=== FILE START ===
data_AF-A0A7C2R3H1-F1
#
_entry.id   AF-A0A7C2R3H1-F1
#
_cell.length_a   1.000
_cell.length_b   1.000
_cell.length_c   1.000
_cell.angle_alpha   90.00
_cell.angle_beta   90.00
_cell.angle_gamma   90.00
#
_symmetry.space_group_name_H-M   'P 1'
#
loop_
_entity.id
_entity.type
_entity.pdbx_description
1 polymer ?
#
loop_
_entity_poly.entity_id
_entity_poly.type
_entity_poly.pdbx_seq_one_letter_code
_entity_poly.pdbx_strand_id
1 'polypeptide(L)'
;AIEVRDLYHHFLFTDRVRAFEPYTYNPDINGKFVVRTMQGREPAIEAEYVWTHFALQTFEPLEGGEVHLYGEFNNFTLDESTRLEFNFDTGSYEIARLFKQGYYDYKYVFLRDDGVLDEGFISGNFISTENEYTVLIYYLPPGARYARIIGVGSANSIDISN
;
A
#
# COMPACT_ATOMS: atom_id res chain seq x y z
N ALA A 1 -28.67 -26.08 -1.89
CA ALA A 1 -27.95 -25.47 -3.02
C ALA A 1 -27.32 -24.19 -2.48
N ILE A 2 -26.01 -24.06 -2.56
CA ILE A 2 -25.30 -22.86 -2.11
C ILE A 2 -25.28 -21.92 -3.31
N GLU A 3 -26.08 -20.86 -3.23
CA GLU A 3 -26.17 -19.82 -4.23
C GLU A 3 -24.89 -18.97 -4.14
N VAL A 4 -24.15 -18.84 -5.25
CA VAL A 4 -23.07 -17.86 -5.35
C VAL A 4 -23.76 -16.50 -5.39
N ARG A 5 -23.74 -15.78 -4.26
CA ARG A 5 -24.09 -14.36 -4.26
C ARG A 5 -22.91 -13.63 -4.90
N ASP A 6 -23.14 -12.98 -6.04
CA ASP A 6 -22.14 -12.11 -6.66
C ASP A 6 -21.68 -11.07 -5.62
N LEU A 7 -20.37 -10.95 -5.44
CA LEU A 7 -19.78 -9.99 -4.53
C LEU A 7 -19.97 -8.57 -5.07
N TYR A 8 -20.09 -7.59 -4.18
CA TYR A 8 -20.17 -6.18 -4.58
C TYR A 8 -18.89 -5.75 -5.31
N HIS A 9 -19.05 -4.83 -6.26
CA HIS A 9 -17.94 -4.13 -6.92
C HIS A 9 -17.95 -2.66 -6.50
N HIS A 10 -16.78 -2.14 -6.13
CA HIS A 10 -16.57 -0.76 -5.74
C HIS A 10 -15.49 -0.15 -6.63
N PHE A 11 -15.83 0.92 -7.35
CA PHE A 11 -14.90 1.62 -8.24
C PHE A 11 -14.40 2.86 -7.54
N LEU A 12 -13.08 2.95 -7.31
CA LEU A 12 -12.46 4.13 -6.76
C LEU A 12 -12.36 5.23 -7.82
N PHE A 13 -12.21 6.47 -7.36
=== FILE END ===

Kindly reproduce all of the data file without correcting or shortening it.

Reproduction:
data_AF-A0A7C2R3H1-F1
#
_entry.id   AF-A0A7C2R3H1-F1
#
_cell.length_a   1.000
_cell.length_b   1.000
_cell.length_c   1.000
_cell.angle_alpha   90.00
_cell.angle_beta   90.00
_cell.angle_gamma   90.00
#
_symmetry.space_group_name_H-M   'P 1'
#
loop_
_entity.id
_entity.type
_entity.pdbx_description
1 polymer ?
#
loop_
_entity_poly.entity_id
_entity_poly.type
_entity_poly.pdbx_seq_one_letter_code
_entity_poly.pdbx_strand_id
1 'polypeptide(L)'
;AIEVRDLYHHFLFTDRVRAFEPYTYNPDINGKFVVRTMQGREPAIEAEYVWTHFALQTFEPLEGGEVHLYGEFNNFTLDESTRLEFNFDTGSYEIARLFKQGYYDYKYVFLRDDGVLDEGFISGNFISTENEYTVLIYYLPPGARYARIIGVGSANSIDISN
;
A
#
# COMPACT_ATOMS: atom_id res chain seq x y z
N ALA A 1 -28.67 -26.08 -1.89
CA ALA A 1 -27.95 -25.47 -3.02
C ALA A 1 -27.32 -24.19 -2.48
N ILE A 2 -26.01 -24.06 -2.56
CA ILE A 2 -25.30 -22.86 -2.11
C ILE A 2 -25.28 -21.92 -3.31
N GLU A 3 -26.08 -20.86 -3.23
CA GLU A 3 -26.17 -19.82 -4.23
C GLU A 3 -24.89 -18.97 -4.14
N VAL A 4 -24.15 -18.84 -5.25
CA VAL A 4 -23.07 -17.86 -5.35
C VAL A 4 -23.76 -16.50 -5.39
N ARG A 5 -23.74 -15.78 -4.26
CA ARG A 5 -24.09 -14.36 -4.26
C ARG A 5 -22.91 -13.63 -4.90
N ASP A 6 -23.14 -12.98 -6.04
CA ASP A 6 -22.14 -12.11 -6.66
C ASP A 6 -21.68 -11.07 -5.62
N LEU A 7 -20.37 -10.95 -5.44
CA LEU A 7 -19.78 -9.99 -4.53
C LEU A 7 -19.97 -8.57 -5.07
N TYR A 8 -20.09 -7.59 -4.18
CA TYR A 8 -20.17 -6.18 -4.58
C TYR A 8 -18.89 -5.75 -5.31
N HIS A 9 -19.05 -4.83 -6.26
CA HIS A 9 -17.94 -4.13 -6.92
C HIS A 9 -17.95 -2.66 -6.50
N HIS A 10 -16.78 -2.14 -6.13
CA HIS A 10 -16.57 -0.76 -5.74
C HIS A 10 -15.49 -0.15 -6.63
N PHE A 11 -15.83 0.92 -7.35
CA PHE A 11 -14.90 1.62 -8.24
C PHE A 11 -14.40 2.86 -7.54
N LEU A 12 -13.08 2.95 -7.31
CA LEU A 12 -12.46 4.13 -6.76
C LEU A 12 -12.36 5.23 -7.82
N PHE A 13 -12.21 6.47 -7.36